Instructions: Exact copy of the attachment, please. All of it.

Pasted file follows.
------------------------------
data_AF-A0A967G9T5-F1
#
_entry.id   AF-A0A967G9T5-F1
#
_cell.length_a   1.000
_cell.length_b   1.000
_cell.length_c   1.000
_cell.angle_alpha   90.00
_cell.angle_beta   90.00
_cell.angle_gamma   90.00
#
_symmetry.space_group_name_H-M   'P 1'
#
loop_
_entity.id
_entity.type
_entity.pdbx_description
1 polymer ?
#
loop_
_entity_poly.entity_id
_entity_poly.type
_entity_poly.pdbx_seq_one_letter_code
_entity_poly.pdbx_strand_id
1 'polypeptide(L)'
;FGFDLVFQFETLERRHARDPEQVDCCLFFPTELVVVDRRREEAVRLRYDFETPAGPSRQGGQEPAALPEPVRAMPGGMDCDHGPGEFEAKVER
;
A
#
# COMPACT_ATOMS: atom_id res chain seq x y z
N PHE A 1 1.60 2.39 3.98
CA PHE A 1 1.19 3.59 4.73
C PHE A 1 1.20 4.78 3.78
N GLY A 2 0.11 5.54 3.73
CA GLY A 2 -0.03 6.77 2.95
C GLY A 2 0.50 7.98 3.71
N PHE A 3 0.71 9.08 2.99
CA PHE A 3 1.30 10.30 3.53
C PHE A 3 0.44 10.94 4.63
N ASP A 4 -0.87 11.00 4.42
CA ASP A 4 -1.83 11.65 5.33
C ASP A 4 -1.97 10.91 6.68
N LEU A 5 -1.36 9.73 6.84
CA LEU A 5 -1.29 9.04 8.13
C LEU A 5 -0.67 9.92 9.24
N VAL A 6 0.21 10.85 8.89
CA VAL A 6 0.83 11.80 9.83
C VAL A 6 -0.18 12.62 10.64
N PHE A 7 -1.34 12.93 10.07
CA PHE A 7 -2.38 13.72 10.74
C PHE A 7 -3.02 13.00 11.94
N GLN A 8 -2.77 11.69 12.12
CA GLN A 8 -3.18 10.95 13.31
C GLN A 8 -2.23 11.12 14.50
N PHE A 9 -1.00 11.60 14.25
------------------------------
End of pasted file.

data_AF-A0A967G9T5-F1
#
_entry.id   AF-A0A967G9T5-F1
#
_cell.length_a   1.000
_cell.length_b   1.000
_cell.length_c   1.000
_cell.angle_alpha   90.00
_cell.angle_beta   90.00
_cell.angle_gamma   90.00
#
_symmetry.space_group_name_H-M   'P 1'
#
loop_
_entity.id
_entity.type
_entity.pdbx_description
1 polymer ?
#
loop_
_entity_poly.entity_id
_entity_poly.type
_entity_poly.pdbx_seq_one_letter_code
_entity_poly.pdbx_strand_id
1 'polypeptide(L)'
;FGFDLVFQFETLERRHARDPEQVDCCLFFPTELVVVDRRREEAVRLRYDFETPAGPSRQGGQEPAALPEPVRAMPGGMDCDHGPGEFEAKVER
;
A
#
# COMPACT_ATOMS: atom_id res chain seq x y z
N PHE A 1 1.60 2.39 3.98
CA PHE A 1 1.19 3.59 4.73
C PHE A 1 1.20 4.78 3.78
N GLY A 2 0.11 5.54 3.73
CA GLY A 2 -0.03 6.77 2.95
C GLY A 2 0.50 7.98 3.71
N PHE A 3 0.71 9.08 2.99
CA PHE A 3 1.30 10.30 3.53
C PHE A 3 0.44 10.94 4.63
N ASP A 4 -0.87 11.00 4.42
CA ASP A 4 -1.83 11.65 5.33
C ASP A 4 -1.97 10.91 6.68
N LEU A 5 -1.36 9.73 6.84
CA LEU A 5 -1.29 9.04 8.13
C LEU A 5 -0.67 9.92 9.24
N VAL A 6 0.21 10.85 8.89
CA VAL A 6 0.83 11.80 9.83
C VAL A 6 -0.18 12.62 10.64
N PHE A 7 -1.34 12.93 10.07
CA PHE A 7 -2.38 13.72 10.74
C PHE A 7 -3.02 13.00 11.94
N GLN A 8 -2.77 11.69 12.12
CA GLN A 8 -3.18 10.95 13.31
C GLN A 8 -2.23 11.12 14.50
N PHE A 9 -1.00 11.60 14.25